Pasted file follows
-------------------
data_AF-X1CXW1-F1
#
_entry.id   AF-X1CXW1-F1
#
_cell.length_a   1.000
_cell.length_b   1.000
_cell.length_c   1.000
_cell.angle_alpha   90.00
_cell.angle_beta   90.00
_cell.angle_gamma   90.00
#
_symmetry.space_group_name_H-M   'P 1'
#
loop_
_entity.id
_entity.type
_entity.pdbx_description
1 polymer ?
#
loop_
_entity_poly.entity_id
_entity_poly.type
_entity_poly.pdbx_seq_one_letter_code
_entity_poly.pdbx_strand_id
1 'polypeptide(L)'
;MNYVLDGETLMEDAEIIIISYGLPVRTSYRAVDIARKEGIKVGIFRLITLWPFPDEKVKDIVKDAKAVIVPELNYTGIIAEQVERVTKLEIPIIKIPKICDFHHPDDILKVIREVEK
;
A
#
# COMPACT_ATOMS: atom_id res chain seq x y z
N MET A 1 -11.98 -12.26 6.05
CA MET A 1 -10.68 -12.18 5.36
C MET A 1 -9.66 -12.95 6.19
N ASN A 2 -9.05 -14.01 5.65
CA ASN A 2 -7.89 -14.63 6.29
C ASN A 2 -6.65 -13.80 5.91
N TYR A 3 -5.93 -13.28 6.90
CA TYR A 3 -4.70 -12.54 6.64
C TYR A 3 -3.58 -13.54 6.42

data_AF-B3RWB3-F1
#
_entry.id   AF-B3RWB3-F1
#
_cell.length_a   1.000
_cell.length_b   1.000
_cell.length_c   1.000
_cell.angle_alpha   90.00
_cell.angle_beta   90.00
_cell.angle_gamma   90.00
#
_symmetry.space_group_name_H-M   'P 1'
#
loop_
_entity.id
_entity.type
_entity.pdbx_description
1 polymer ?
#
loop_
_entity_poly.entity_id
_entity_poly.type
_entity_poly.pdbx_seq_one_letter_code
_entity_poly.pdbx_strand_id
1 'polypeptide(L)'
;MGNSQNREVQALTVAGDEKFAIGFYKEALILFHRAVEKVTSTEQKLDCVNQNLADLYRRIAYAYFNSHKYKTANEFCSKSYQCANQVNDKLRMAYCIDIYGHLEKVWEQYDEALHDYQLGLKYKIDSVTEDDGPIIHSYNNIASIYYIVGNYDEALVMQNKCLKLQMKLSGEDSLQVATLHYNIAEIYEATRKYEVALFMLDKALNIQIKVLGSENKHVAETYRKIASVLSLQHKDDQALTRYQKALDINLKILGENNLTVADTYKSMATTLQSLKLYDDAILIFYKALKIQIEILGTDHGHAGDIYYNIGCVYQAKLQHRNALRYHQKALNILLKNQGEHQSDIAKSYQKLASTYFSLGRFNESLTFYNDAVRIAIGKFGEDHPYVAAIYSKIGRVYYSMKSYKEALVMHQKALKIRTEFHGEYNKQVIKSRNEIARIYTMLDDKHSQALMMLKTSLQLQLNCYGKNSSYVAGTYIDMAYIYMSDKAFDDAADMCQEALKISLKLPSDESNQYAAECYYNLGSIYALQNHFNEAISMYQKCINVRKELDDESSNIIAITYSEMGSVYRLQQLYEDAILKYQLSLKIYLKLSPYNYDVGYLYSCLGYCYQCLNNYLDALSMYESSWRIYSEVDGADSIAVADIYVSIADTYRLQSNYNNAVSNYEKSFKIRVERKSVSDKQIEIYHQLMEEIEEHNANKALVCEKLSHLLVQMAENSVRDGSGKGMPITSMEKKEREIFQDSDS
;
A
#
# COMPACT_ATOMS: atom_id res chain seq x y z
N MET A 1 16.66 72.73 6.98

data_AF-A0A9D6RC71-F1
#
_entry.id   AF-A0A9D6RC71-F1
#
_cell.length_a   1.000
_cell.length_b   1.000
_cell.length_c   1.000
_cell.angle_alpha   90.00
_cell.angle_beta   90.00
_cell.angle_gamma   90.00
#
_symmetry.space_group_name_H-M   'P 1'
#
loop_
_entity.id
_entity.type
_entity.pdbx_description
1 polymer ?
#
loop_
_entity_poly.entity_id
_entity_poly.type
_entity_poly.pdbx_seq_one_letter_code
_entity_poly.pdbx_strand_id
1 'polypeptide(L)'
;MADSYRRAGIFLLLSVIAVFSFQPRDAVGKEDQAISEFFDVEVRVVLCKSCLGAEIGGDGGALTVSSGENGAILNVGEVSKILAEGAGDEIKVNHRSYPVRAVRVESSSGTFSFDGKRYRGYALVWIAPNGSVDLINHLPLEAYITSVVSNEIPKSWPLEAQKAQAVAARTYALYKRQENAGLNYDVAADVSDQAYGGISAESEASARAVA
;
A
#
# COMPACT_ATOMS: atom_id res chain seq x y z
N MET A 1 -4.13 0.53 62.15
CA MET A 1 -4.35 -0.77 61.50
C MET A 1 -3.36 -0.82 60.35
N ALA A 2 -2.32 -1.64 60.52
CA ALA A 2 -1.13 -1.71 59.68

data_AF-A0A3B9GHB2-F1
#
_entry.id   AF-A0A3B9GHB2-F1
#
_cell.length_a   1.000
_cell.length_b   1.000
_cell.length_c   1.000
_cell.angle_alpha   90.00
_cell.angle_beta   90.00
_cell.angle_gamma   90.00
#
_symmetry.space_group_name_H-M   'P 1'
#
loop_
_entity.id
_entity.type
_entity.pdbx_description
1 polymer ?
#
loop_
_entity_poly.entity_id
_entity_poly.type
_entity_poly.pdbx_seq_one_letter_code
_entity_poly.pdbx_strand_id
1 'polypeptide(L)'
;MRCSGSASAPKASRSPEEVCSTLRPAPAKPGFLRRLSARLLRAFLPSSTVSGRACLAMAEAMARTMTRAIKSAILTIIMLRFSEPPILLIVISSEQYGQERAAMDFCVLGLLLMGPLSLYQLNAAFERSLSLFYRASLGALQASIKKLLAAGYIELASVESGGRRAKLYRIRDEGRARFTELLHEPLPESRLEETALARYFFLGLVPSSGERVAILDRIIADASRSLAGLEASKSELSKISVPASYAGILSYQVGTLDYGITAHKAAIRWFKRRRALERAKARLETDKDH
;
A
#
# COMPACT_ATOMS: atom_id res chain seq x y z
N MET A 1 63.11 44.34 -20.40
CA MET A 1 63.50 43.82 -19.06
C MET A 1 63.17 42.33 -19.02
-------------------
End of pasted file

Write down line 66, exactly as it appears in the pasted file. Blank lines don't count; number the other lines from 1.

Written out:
;